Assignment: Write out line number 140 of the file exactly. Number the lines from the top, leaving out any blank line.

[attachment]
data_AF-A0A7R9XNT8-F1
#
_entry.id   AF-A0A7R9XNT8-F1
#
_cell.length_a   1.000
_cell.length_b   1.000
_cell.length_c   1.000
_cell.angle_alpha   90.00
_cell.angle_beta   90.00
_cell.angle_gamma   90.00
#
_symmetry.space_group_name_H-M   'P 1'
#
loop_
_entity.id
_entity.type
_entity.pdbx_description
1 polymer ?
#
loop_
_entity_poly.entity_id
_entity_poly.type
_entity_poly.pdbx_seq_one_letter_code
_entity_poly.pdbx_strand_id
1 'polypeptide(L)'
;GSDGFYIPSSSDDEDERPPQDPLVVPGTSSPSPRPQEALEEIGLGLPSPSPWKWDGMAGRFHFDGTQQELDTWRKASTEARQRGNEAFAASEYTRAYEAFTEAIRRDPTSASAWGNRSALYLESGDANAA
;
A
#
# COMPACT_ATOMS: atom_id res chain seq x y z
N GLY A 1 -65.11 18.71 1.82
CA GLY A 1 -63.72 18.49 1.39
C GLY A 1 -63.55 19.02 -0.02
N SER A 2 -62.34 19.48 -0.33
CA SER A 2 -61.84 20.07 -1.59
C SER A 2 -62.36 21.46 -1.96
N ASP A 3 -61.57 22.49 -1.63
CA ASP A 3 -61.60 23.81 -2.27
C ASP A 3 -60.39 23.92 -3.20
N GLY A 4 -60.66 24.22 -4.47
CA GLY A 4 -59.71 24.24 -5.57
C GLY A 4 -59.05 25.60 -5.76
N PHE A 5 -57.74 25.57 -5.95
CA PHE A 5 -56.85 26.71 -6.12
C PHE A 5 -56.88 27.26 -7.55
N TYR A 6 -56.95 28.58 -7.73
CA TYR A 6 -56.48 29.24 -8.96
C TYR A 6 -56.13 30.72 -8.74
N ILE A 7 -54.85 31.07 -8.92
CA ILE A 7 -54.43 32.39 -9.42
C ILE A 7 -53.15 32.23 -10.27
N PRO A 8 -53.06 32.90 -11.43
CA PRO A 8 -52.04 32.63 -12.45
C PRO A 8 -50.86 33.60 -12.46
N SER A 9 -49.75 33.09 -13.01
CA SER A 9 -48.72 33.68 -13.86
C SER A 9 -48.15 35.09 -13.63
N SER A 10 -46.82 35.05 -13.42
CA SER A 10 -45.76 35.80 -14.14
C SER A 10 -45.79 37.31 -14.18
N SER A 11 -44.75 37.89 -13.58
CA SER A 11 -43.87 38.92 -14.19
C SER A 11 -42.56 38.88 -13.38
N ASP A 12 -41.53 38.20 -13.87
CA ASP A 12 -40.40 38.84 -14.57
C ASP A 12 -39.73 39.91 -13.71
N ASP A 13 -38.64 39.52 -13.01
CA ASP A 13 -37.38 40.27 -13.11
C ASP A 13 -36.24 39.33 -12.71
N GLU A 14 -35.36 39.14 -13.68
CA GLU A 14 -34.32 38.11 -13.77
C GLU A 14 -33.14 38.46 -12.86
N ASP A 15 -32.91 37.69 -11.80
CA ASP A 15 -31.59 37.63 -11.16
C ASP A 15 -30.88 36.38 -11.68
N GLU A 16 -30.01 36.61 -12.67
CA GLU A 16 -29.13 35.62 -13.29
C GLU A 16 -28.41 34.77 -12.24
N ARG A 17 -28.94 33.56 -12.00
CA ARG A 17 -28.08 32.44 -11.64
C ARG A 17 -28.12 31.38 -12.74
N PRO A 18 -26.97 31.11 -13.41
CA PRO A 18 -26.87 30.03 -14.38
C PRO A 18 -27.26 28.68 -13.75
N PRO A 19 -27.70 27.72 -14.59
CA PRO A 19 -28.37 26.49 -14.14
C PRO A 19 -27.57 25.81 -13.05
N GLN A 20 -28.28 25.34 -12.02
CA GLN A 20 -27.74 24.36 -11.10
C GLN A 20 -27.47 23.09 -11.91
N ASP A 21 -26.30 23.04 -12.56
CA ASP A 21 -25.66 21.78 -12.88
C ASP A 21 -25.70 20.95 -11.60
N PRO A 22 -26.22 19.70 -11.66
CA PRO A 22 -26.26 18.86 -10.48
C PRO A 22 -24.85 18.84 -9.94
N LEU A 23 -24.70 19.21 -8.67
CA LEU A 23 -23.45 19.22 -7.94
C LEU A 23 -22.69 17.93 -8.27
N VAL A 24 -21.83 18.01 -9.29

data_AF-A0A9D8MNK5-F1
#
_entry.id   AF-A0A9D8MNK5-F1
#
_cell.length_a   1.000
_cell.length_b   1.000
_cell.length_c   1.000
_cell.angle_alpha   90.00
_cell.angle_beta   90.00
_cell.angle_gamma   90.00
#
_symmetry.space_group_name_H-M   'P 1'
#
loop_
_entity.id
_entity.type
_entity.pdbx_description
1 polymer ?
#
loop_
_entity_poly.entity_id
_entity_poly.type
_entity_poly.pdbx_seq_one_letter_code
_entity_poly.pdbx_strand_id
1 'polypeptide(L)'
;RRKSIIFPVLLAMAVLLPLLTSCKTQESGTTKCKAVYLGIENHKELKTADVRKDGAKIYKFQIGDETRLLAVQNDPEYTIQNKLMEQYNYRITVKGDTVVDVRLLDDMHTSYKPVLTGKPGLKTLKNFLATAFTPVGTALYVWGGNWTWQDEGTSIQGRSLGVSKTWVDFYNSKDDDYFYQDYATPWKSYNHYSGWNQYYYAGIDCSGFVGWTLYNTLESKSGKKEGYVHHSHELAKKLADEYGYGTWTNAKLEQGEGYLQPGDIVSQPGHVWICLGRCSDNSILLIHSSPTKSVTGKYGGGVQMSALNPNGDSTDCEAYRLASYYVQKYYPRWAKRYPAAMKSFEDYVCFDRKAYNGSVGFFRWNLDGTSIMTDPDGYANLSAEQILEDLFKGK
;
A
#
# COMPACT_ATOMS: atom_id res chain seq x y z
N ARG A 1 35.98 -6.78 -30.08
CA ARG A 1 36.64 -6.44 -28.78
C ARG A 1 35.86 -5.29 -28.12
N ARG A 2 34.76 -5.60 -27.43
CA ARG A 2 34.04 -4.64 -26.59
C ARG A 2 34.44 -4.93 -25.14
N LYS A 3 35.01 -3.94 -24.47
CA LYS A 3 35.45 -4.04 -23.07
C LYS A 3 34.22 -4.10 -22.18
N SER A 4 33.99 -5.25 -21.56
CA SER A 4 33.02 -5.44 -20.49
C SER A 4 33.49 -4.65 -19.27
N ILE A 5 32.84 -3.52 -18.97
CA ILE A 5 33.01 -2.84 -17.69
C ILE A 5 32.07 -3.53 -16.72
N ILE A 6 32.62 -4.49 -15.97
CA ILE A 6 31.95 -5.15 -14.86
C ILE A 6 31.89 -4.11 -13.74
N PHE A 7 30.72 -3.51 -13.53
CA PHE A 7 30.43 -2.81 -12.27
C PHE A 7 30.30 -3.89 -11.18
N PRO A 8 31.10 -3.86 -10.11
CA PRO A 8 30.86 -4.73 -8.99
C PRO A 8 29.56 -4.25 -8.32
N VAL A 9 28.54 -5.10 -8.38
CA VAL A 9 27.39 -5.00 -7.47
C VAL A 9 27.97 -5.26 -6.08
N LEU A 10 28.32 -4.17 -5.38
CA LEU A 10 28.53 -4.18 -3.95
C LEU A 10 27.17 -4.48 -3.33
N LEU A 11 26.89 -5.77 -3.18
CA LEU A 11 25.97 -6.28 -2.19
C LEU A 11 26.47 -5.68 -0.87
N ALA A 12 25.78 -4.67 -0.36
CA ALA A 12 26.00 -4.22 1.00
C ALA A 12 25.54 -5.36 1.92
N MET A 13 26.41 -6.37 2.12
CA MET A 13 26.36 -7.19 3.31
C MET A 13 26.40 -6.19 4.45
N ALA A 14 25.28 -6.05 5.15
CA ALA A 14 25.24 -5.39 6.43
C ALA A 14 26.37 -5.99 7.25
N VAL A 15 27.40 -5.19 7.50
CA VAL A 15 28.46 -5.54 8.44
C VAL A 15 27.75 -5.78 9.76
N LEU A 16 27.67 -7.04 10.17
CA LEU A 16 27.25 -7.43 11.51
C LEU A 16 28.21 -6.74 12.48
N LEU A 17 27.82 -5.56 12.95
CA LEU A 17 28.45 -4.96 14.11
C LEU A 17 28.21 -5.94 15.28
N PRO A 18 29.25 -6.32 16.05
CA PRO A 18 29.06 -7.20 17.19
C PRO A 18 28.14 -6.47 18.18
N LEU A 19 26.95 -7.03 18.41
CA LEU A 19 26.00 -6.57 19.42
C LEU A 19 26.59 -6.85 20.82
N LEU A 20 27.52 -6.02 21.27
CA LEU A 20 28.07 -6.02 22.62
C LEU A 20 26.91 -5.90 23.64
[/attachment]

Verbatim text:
N SER A 4 33.99 -5.25 -21.56